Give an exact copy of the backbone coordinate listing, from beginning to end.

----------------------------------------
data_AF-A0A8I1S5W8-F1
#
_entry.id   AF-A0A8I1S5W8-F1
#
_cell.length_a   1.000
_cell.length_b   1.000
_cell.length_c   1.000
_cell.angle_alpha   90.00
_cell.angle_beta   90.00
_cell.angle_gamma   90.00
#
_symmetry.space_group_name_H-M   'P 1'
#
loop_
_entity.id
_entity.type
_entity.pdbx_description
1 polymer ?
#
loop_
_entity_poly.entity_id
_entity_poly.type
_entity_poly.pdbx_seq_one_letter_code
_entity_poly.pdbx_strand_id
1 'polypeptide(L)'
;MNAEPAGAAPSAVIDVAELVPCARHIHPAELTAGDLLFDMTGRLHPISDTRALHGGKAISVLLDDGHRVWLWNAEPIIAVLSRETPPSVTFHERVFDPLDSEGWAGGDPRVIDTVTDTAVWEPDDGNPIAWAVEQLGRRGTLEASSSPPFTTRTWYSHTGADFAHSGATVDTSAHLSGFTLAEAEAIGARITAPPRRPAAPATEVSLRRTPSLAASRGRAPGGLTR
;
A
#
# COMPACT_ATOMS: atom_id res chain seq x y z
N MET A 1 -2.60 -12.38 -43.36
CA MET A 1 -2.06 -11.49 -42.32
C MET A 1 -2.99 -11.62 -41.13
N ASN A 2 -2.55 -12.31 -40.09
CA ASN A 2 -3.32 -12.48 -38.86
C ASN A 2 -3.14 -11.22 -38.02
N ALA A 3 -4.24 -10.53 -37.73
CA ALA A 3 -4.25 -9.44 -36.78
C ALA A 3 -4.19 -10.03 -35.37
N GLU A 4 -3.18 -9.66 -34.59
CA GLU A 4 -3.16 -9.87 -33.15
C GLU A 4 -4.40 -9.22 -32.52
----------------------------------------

data_AF-A0A8I1S5W8-F1
#
_entry.id   AF-A0A8I1S5W8-F1
#
_cell.length_a   1.000
_cell.length_b   1.000
_cell.length_c   1.000
_cell.angle_alpha   90.00
_cell.angle_beta   90.00
_cell.angle_gamma   90.00
#
_symmetry.space_group_name_H-M   'P 1'
#
loop_
_entity.id
_entity.type
_entity.pdbx_description
1 polymer ?
#
loop_
_entity_poly.entity_id
_entity_poly.type
_entity_poly.pdbx_seq_one_letter_code
_entity_poly.pdbx_strand_id
1 'polypeptide(L)'
;MNAEPAGAAPSAVIDVAELVPCARHIHPAELTAGDLLFDMTGRLHPISDTRALHGGKAISVLLDDGHRVWLWNAEPIIAVLSRETPPSVTFHERVFDPLDSEGWAGGDPRVIDTVTDTAVWEPDDGNPIAWAVEQLGRRGTLEASSSPPFTTRTWYSHTGADFAHSGATVDTSAHLSGFTLAEAEAIGARITAPPRRPAAPATEVSLRRTPSLAASRGRAPGGLTR
;
A
#
# COMPACT_ATOMS: atom_id res chain seq x y z
N MET A 1 -2.60 -12.38 -43.36
CA MET A 1 -2.06 -11.49 -42.32
C MET A 1 -2.99 -11.62 -41.13
N ASN A 2 -2.55 -12.31 -40.09
CA ASN A 2 -3.32 -12.48 -38.86
C ASN A 2 -3.14 -11.22 -38.02
N ALA A 3 -4.24 -10.53 -37.73
CA ALA A 3 -4.25 -9.44 -36.78
C ALA A 3 -4.19 -10.03 -35.37
N GLU A 4 -3.18 -9.66 -34.59
CA GLU A 4 -3.16 -9.87 -33.15
C GLU A 4 -4.40 -9.22 -32.52